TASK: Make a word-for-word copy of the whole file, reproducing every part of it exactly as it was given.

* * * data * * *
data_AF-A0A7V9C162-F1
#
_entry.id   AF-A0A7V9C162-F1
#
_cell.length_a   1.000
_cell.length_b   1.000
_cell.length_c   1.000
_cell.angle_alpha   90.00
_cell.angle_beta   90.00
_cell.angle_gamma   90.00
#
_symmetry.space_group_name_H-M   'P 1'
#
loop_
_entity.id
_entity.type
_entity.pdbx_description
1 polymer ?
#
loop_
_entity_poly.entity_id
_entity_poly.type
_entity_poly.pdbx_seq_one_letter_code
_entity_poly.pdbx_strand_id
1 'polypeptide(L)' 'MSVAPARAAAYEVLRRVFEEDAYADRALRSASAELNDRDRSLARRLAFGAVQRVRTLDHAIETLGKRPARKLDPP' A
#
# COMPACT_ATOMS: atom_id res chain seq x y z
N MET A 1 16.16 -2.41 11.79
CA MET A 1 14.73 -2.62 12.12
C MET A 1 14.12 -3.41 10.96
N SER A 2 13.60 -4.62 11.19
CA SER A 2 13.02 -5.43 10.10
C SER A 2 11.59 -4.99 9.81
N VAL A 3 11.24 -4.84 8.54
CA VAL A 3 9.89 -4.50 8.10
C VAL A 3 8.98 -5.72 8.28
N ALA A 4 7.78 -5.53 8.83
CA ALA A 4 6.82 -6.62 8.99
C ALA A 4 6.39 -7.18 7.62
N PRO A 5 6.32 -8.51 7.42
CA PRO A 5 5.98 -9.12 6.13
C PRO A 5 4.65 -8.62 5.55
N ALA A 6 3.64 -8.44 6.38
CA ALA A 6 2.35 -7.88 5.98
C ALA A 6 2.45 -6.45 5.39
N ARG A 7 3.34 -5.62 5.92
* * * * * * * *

data_AF-A0A7V9C162-F1
#
_entry.id   AF-A0A7V9C162-F1
#
_cell.length_a   1.000
_cell.length_b   1.000
_cell.length_c   1.000
_cell.angle_alpha   90.00
_cell.angle_beta   90.00
_cell.angle_gamma   90.00
#
_symmetry.space_group_name_H-M   'P 1'
#
loop_
_entity.id
_entity.type
_entity.pdbx_description
1 polymer ?
#
loop_
_entity_poly.entity_id
_entity_poly.type
_entity_poly.pdbx_seq_one_letter_code
_entity_poly.pdbx_strand_id
1 'polypeptide(L)' 'MSVAPARAAAYEVLRRVFEEDAYADRALRSASAELNDRDRSLARRLAFGAVQRVRTLDHAIETLGKRPARKLDPP' A
#
# COMPACT_ATOMS: atom_id res chain seq x y z
N MET A 1 16.16 -2.41 11.79
CA MET A 1 14.73 -2.62 12.12
C MET A 1 14.12 -3.41 10.96
N SER A 2 13.60 -4.62 11.19
CA SER A 2 13.02 -5.43 10.10
C SER A 2 11.59 -4.99 9.81
N VAL A 3 11.24 -4.84 8.54
CA VAL A 3 9.89 -4.50 8.10
C VAL A 3 8.98 -5.72 8.28
N ALA A 4 7.78 -5.53 8.83
CA ALA A 4 6.82 -6.62 8.99
C ALA A 4 6.39 -7.18 7.62
N PRO A 5 6.32 -8.51 7.42
CA PRO A 5 5.98 -9.12 6.13
C PRO A 5 4.65 -8.62 5.55
N ALA A 6 3.64 -8.44 6.38
CA ALA A 6 2.35 -7.88 5.98
C ALA A 6 2.45 -6.45 5.39
N ARG A 7 3.34 -5.62 5.92